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Positive Meaning in Tragedies

By:   •  March 2, 2013  •  Essay  •  1,090 Words (5 Pages)  •  891 Views

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Tragedy is defined as "a type of drama in which the chief character undergoes a morally significant struggle which ends disastrously." However, tragedies do not only represent sorrowful, miserable and disastrous plots; there is the meaning of rebirth within the tragedies, and thus inspire people positively.

In most of the Greek Tragedies, the tragic heroes were in disorder or a miserable situation. Tragedies written by Greeks may be sorrowful, but the tragedies were not only tragedies. Greeks elevated the spirit of tragedies, and revealed the positive meaning. Though Greeks write tragedies about the conflict between humans and the fate, it does not mean that Greeks are pessimistic. Instead, they showed their positive attitude by telling us how the tragic heroes fought against the inexorable fate.

Greeks showed their optimism and positive mind by depicting the human beings as iron-willed and unbending heroes. In the myth of Psyche and Cupid, Psyche was given difficult missions to do by Aphrodite because of her beauty and her and Cupid's love. Though difficult, Psyche tried her best and finally overcame all the difficulties. If Greeks were pessimistic, Psyche may have been described as a hopeless girl who would hang back when facing difficulties. If Greeks were passive, Psyche may obey Aphrodite's mind when knowing that Aphrodite tortured her on purpose because fighting against gods was not an easy thing and usually led to disaster. However, no matter how hard the missions Aphrodite gave were, Psyche never gave up. Even if Aphrodite spite Psyche, Psyche still strived for love and refuse to yield herself to difficulties. In addition, we see that every time when Psyche were almost unable to finish the mission, there would be things helping her. Greeks also indicated there was hope in despair and the bright side of obstacles.

In the Greek tragedies, humans were tortured by fate physically, but mentally, their noble spirits, brave minds and strong will were not submitted by fate; that is to say, the tragedies were tragic because of relentless fate, but they were actually comedies or happy ending when the characters showed their spirit of refusing to take defeat lying down and stood up for their dignity. Take a brief tale of lovers for example, Pyramus and Thisbe both died because of a relentless arrangement of inexorable fate in the end. But in fact, it's a happy ending because they proved that their love was true and would never change even if they died. Death, which we consider to be sorrowful ending and thus usually be defined as tragedies, however, may be bliss in Greek tragedies to some degree. If the story was only a tragedy which contained only sadness and sorrow, the tragedy would only be tragedy but did not mean anything and the two lovers would be described as cowards who dare not to die for their pure love and their brave spirit. The relentless fate made the whole event tragic, however, the two characters, died for each other bravely in order not to be separated by ruthless fate, were not tragic at all. Take another myth for example. Antigone was put to death because she bravely buried her dead brother which Creon did not allow to do. Antigone died in the end, but it was not a tragic but a happy ending for she showed her fearless and noble mind when facing death. Greeks did not set her as a woman who cravenly clung to life instead of braving death. It, again, showed that the tragic heroes fought against the miserable situation.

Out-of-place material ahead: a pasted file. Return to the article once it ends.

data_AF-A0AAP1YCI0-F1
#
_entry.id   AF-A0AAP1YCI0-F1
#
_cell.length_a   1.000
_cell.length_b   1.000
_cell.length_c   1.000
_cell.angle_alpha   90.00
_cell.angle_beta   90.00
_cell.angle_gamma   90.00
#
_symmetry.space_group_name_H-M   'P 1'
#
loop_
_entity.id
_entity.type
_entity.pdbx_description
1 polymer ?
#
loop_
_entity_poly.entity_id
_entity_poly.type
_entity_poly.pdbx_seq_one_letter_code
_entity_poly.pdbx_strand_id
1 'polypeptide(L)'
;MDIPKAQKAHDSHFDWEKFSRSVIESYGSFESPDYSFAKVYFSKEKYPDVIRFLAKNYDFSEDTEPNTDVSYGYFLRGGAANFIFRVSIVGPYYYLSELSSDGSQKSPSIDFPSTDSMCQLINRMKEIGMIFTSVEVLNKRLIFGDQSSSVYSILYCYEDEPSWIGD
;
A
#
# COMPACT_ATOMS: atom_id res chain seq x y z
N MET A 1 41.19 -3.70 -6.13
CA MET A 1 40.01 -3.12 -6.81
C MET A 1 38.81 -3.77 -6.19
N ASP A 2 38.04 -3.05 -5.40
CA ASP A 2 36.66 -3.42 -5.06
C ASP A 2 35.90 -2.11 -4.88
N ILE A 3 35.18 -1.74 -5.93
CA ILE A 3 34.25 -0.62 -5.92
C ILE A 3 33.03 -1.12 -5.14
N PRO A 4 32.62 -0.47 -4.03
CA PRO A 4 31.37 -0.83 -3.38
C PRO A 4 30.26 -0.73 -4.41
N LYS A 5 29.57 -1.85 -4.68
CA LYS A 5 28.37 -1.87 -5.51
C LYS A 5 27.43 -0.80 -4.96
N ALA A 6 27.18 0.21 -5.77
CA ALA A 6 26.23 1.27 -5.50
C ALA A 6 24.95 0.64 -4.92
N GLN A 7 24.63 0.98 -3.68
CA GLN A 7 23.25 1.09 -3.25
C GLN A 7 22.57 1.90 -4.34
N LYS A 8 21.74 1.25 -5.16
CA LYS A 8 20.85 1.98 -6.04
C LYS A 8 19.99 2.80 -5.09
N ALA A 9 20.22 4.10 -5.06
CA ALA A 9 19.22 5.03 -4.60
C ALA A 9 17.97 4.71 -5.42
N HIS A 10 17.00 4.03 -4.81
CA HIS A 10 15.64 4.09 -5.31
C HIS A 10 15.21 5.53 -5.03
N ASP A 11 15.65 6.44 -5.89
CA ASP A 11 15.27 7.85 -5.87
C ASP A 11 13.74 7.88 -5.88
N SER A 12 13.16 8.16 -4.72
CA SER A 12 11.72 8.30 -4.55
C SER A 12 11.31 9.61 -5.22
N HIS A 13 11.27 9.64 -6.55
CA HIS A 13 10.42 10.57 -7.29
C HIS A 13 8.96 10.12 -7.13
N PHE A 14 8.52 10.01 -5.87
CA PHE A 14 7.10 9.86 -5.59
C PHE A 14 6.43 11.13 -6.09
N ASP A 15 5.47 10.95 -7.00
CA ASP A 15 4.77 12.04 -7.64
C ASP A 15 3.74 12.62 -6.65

There is another example I want to give to prove that tragedies give people a brand new view of their life. In the novel The Lovely Bones, a girl named Susie Salmon was murdered by her neighbor. After she went to the haven, she at first was so furious with the


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